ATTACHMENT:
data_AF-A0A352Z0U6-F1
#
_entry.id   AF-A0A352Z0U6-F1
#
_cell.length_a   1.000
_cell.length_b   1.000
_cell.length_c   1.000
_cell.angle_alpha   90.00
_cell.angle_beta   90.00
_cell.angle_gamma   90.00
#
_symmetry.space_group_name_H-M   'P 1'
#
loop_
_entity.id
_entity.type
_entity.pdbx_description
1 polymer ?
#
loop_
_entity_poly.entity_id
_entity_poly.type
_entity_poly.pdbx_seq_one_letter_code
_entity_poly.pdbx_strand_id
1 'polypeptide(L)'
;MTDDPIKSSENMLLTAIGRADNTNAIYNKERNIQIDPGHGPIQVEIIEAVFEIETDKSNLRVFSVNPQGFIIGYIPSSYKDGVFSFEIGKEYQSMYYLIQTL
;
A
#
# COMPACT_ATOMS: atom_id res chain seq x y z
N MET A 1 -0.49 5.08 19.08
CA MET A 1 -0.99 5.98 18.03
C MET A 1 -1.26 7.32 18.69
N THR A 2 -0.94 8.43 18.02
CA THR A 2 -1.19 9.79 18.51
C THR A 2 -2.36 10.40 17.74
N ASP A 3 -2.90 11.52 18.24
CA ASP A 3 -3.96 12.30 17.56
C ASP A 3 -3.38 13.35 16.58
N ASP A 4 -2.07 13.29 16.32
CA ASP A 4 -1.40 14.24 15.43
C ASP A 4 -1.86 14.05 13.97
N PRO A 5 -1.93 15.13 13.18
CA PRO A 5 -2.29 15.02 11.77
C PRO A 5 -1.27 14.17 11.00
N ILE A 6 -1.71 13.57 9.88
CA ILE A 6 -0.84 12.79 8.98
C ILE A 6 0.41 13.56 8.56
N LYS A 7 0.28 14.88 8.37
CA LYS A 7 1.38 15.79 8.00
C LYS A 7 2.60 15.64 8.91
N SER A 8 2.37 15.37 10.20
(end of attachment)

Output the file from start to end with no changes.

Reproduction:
data_AF-A0A352Z0U6-F1
#
_entry.id   AF-A0A352Z0U6-F1
#
_cell.length_a   1.000
_cell.length_b   1.000
_cell.length_c   1.000
_cell.angle_alpha   90.00
_cell.angle_beta   90.00
_cell.angle_gamma   90.00
#
_symmetry.space_group_name_H-M   'P 1'
#
loop_
_entity.id
_entity.type
_entity.pdbx_description
1 polymer ?
#
loop_
_entity_poly.entity_id
_entity_poly.type
_entity_poly.pdbx_seq_one_letter_code
_entity_poly.pdbx_strand_id
1 'polypeptide(L)'
;MTDDPIKSSENMLLTAIGRADNTNAIYNKERNIQIDPGHGPIQVEIIEAVFEIETDKSNLRVFSVNPQGFIIGYIPSSYKDGVFSFEIGKEYQSMYYLIQTL
;
A
#
# COMPACT_ATOMS: atom_id res chain seq x y z
N MET A 1 -0.49 5.08 19.08
CA MET A 1 -0.99 5.98 18.03
C MET A 1 -1.26 7.32 18.69
N THR A 2 -0.94 8.43 18.02
CA THR A 2 -1.19 9.79 18.51
C THR A 2 -2.36 10.40 17.74
N ASP A 3 -2.90 11.52 18.24
CA ASP A 3 -3.96 12.30 17.56
C ASP A 3 -3.38 13.35 16.58
N ASP A 4 -2.07 13.29 16.32
CA ASP A 4 -1.40 14.24 15.43
C ASP A 4 -1.86 14.05 13.97
N PRO A 5 -1.93 15.13 13.18
CA PRO A 5 -2.29 15.02 11.77
C PRO A 5 -1.27 14.17 11.00
N ILE A 6 -1.71 13.57 9.88
CA ILE A 6 -0.84 12.79 8.98
C ILE A 6 0.41 13.56 8.56
N LYS A 7 0.28 14.88 8.37
CA LYS A 7 1.38 15.79 8.00
C LYS A 7 2.60 15.64 8.91
N SER A 8 2.37 15.37 10.20